6) Jim Brown
Considered by many to be the greatest football player to ever suit up on the gridiron, Brown starred with Raquel Welsh in the first interracial love scene in a movie in 100 Rifles. He worked with other great athletes to bring about social and political change within the African-American community and in recent years has successfully quelled gang violence in California.
5) Michael Jordan
“Air” Jordan transcended race, becoming one of the most popular athletes in the world and elevating the popularity of basketball to new heights in the U.S. and abroad. He redefined the marketability of a professional athlete, becoming a brand unto himself, and recently became the first African American former athlete to be the majority owner of a sports franchise.
4) Joe Louis
“The Brown Bomber” was one of the greatest boxers of all-time and is best remembered for knocking out Germany’s Max Schmeling. The victory over Hitler’s pawn made him a hero to white America; no small feat in 1938, and it’s safe to say that no athlete has been more embraced and revered by the African-American community.
3) Jesse Owens
Owens was the first African-American athlete to be lionized by Americans of all races when he shattered Hitler’s idea of a “master race” at the 1936 Olympics in Berlin. His four gold medals and three world records at the Games inspired millions of African-Americans, including a young Jack Roosevelt Robinson.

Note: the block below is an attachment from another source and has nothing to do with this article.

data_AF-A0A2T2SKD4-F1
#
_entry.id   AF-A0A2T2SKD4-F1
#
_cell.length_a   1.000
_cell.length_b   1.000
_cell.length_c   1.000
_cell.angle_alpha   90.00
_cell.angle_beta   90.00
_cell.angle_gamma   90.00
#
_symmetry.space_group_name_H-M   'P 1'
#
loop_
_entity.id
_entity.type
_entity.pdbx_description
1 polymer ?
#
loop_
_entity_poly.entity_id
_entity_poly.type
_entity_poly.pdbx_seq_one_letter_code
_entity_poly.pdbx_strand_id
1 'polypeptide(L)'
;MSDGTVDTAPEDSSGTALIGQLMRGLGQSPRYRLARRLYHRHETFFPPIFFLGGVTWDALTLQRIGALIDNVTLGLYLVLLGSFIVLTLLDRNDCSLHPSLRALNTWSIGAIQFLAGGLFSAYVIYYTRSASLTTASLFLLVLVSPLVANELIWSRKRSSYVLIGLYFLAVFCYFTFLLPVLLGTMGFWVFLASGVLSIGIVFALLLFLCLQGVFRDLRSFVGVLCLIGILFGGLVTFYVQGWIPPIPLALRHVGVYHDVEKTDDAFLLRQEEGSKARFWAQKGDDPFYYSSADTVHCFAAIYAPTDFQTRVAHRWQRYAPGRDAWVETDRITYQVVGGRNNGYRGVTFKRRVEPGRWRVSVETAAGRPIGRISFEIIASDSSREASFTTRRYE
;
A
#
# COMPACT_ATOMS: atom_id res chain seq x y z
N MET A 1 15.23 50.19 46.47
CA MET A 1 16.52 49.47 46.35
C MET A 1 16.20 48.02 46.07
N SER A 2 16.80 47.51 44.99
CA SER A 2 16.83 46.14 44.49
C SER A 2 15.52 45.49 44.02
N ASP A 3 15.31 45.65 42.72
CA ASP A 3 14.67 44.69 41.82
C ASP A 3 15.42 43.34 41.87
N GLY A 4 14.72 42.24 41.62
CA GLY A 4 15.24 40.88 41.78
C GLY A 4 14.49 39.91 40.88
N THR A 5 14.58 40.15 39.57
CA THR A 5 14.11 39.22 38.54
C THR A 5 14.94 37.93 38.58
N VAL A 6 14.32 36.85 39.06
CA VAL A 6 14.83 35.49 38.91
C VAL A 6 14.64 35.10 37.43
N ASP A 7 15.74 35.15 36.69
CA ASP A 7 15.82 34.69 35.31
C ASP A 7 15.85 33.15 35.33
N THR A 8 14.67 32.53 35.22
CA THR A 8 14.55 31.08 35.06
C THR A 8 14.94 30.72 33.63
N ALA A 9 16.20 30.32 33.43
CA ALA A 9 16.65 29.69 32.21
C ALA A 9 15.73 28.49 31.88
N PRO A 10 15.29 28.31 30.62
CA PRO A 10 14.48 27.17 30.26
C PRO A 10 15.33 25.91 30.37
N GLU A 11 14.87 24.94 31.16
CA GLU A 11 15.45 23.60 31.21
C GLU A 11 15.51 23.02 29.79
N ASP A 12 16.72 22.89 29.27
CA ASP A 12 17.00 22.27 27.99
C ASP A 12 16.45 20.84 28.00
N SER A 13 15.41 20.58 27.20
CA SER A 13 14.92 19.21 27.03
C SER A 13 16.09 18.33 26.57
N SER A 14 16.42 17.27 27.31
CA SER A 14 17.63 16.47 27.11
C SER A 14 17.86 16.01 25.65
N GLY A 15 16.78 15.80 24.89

2) Muhammad Ali
Ali was one of the greatest pugilists of all-time, a poet, a showman, and perhaps most importantly, an activist. He’s become a worldwide symbol of resistance for his willingness to stand up for what he believes in, whether it’s racial equality, his religion or opposition to the Vietnam War, often at great personal cost.
1) Jackie Robinson
No athlete is more closely identified with the struggle of African-Americans than Robinson. He overcame vile racism and overwhelming pressure to brake the color barrier to America’s favorite pastime, inspiring African-Americans in all facets of society with his courage and dignity. Later in life he used his status to support the civil rights movement.
Honorable Mentions: Wilt Chamberlain, Nat “Sweetwater” Clifton, Ernie Davis, Lee Elder, Florence Griffith-Joyner, Spencer Haywood, Carl Lewis, Marion Motley, Leroy “Satchel” Paige, Frank Robinson, Gene Upshaw, Serena and Venus Williams